The Burundian government announced it will not attend the peace talks scheduled for Wednesday between itself and the opposition.
The talks were set to take place in Tanzania and were intended to stop the political violence which has claimed hundreds of lives and caused thousands of Burundians to flee the country.
“[There will be] no dialogue tomorrow or on January 16th as many may think because there has been no consensus on that date,” the permanent secretary of Burundi’s Foreign Affairs Ministry, Joseph Bangurambona informed Reuters News Agency on Tuesday.
The violence began when President Pierre Nkurunziza announced he would seek an unconstitutional third term in April. Mr. Nkurunziza then won the general elections in July, although both the opposition and international observers condemned the elections.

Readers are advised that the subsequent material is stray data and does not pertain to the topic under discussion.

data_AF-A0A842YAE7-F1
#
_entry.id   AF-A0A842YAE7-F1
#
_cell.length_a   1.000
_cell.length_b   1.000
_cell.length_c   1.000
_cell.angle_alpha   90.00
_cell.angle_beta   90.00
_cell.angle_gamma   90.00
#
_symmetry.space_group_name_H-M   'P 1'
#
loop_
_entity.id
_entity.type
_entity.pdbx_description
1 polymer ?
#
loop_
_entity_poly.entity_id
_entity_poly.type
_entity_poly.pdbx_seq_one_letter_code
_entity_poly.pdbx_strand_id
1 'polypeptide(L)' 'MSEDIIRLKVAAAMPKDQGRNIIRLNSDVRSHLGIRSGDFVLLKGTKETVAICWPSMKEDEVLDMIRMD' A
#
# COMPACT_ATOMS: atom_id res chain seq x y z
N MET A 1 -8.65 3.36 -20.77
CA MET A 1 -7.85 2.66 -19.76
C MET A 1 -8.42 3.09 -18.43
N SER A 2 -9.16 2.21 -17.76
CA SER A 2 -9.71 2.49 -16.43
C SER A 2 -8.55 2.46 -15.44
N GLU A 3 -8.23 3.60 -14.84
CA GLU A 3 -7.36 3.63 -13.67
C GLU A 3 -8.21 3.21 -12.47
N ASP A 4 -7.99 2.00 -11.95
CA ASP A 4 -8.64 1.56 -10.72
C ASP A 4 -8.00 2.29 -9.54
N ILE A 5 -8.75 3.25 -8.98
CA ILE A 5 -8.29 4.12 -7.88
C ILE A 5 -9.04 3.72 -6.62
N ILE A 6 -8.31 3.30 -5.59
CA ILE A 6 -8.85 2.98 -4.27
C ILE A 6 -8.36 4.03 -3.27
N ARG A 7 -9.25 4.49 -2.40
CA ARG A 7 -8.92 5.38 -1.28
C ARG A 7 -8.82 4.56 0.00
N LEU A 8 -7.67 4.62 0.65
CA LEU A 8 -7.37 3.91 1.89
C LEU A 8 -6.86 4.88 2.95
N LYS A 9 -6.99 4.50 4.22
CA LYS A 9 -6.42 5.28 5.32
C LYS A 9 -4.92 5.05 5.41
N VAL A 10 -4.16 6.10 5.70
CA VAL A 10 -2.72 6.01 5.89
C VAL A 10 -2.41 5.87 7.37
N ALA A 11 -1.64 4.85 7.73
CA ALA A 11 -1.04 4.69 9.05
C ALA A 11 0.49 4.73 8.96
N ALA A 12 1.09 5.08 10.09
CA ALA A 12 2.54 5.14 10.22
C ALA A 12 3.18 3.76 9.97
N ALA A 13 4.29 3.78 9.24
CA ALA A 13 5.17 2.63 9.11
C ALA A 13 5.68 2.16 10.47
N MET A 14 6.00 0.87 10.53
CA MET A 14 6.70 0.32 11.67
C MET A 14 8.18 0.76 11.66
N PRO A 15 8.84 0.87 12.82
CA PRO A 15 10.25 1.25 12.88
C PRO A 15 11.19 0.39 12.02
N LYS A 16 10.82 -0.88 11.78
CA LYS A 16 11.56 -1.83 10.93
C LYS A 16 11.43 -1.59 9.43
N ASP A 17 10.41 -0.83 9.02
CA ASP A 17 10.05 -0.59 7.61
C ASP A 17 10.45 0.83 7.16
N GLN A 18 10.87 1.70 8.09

Two explosions rocked the Burundian capital of Bujumbura on Monday leaving, at least, two people injured. Opponents of President Nkurunziza have accused him of responding to any form of opposition with violence.
Speaking to the Guardian UK newspaper Rachel Nicholson, a researcher with Amnesty International, stated that there was a culture of impunity and fear in the neighborhoods where protests against Mr. Nkurunziza have erupted.
“Arbitrary arrests, disappearances, cordon-and-search operations accompanied by the killing of civilians have become routine at a time when many independent human rights organisations have been forced out of the country and people do not know who to turn to for redress,” the researcher said.